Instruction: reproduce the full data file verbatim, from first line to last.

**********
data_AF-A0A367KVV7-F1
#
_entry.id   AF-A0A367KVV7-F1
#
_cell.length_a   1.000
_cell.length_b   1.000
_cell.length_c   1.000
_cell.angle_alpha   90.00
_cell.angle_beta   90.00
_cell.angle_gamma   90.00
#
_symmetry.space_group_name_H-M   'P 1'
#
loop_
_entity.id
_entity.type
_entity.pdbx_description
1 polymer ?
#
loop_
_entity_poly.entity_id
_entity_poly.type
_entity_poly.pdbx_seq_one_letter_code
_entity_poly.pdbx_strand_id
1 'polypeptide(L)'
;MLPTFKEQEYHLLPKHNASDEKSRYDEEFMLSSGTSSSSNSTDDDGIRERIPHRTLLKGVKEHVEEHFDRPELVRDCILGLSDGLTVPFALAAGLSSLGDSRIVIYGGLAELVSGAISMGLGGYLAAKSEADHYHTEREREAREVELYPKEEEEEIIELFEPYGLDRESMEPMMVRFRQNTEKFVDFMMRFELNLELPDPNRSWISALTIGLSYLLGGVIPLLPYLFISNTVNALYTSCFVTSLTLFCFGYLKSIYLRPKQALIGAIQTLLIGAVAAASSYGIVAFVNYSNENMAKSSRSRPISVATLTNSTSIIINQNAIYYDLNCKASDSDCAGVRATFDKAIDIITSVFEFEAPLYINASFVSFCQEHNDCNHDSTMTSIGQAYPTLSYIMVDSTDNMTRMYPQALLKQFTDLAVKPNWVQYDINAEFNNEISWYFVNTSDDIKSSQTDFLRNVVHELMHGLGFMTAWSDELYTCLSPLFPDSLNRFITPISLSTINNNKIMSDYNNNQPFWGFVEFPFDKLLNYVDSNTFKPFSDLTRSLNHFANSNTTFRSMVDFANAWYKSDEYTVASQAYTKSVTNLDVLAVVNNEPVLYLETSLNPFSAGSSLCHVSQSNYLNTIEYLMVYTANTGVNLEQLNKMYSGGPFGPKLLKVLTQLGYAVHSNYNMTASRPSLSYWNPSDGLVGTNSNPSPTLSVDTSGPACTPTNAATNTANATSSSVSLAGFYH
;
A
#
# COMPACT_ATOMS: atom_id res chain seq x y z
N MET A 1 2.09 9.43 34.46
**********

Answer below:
data_AF-A0A367KVV7-F1
#
_entry.id   AF-A0A367KVV7-F1
#
_cell.length_a   1.000
_cell.length_b   1.000
_cell.length_c   1.000
_cell.angle_alpha   90.00
_cell.angle_beta   90.00
_cell.angle_gamma   90.00
#
_symmetry.space_group_name_H-M   'P 1'
#
loop_
_entity.id
_entity.type
_entity.pdbx_description
1 polymer ?
#
loop_
_entity_poly.entity_id
_entity_poly.type
_entity_poly.pdbx_seq_one_letter_code
_entity_poly.pdbx_strand_id
1 'polypeptide(L)'
;MLPTFKEQEYHLLPKHNASDEKSRYDEEFMLSSGTSSSSNSTDDDGIRERIPHRTLLKGVKEHVEEHFDRPELVRDCILGLSDGLTVPFALAAGLSSLGDSRIVIYGGLAELVSGAISMGLGGYLAAKSEADHYHTEREREAREVELYPKEEEEEIIELFEPYGLDRESMEPMMVRFRQNTEKFVDFMMRFELNLELPDPNRSWISALTIGLSYLLGGVIPLLPYLFISNTVNALYTSCFVTSLTLFCFGYLKSIYLRPKQALIGAIQTLLIGAVAAASSYGIVAFVNYSNENMAKSSRSRPISVATLTNSTSIIINQNAIYYDLNCKASDSDCAGVRATFDKAIDIITSVFEFEAPLYINASFVSFCQEHNDCNHDSTMTSIGQAYPTLSYIMVDSTDNMTRMYPQALLKQFTDLAVKPNWVQYDINAEFNNEISWYFVNTSDDIKSSQTDFLRNVVHELMHGLGFMTAWSDELYTCLSPLFPDSLNRFITPISLSTINNNKIMSDYNNNQPFWGFVEFPFDKLLNYVDSNTFKPFSDLTRSLNHFANSNTTFRSMVDFANAWYKSDEYTVASQAYTKSVTNLDVLAVVNNEPVLYLETSLNPFSAGSSLCHVSQSNYLNTIEYLMVYTANTGVNLEQLNKMYSGGPFGPKLLKVLTQLGYAVHSNYNMTASRPSLSYWNPSDGLVGTNSNPSPTLSVDTSGPACTPTNAATNTANATSSSVSLAGFYH
;
A
#
# COMPACT_ATOMS: atom_id res chain seq x y z
N MET A 1 2.09 9.43 34.46